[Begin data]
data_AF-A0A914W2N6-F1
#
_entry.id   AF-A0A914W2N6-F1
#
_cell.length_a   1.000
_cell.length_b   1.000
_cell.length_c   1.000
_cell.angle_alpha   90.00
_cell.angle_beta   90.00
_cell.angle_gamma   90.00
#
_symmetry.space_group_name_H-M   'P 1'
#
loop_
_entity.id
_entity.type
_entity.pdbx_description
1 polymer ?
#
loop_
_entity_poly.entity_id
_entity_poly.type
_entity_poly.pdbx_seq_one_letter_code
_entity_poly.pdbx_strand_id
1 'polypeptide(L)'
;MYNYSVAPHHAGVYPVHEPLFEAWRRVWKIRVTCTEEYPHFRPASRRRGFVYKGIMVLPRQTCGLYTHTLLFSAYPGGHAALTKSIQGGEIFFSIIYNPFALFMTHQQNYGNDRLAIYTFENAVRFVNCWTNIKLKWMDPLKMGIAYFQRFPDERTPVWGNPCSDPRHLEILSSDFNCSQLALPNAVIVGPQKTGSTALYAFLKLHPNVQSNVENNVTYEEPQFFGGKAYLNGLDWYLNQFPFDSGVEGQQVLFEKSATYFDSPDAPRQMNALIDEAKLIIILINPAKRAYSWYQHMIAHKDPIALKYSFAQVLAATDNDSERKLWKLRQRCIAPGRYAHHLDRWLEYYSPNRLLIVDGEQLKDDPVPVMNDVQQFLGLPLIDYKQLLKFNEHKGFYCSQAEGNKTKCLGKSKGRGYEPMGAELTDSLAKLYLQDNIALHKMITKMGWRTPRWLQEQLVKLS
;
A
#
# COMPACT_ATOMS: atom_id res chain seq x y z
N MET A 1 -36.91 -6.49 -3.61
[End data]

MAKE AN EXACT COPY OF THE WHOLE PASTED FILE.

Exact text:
data_AF-A0A914W2N6-F1
#
_entry.id   AF-A0A914W2N6-F1
#
_cell.length_a   1.000
_cell.length_b   1.000
_cell.length_c   1.000
_cell.angle_alpha   90.00
_cell.angle_beta   90.00
_cell.angle_gamma   90.00
#
_symmetry.space_group_name_H-M   'P 1'
#
loop_
_entity.id
_entity.type
_entity.pdbx_description
1 polymer ?
#
loop_
_entity_poly.entity_id
_entity_poly.type
_entity_poly.pdbx_seq_one_letter_code
_entity_poly.pdbx_strand_id
1 'polypeptide(L)'
;MYNYSVAPHHAGVYPVHEPLFEAWRRVWKIRVTCTEEYPHFRPASRRRGFVYKGIMVLPRQTCGLYTHTLLFSAYPGGHAALTKSIQGGEIFFSIIYNPFALFMTHQQNYGNDRLAIYTFENAVRFVNCWTNIKLKWMDPLKMGIAYFQRFPDERTPVWGNPCSDPRHLEILSSDFNCSQLALPNAVIVGPQKTGSTALYAFLKLHPNVQSNVENNVTYEEPQFFGGKAYLNGLDWYLNQFPFDSGVEGQQVLFEKSATYFDSPDAPRQMNALIDEAKLIIILINPAKRAYSWYQHMIAHKDPIALKYSFAQVLAATDNDSERKLWKLRQRCIAPGRYAHHLDRWLEYYSPNRLLIVDGEQLKDDPVPVMNDVQQFLGLPLIDYKQLLKFNEHKGFYCSQAEGNKTKCLGKSKGRGYEPMGAELTDSLAKLYLQDNIALHKMITKMGWRTPRWLQEQLVKLS
;
A
#
# COMPACT_ATOMS: atom_id res chain seq x y z
N MET A 1 -36.91 -6.49 -3.61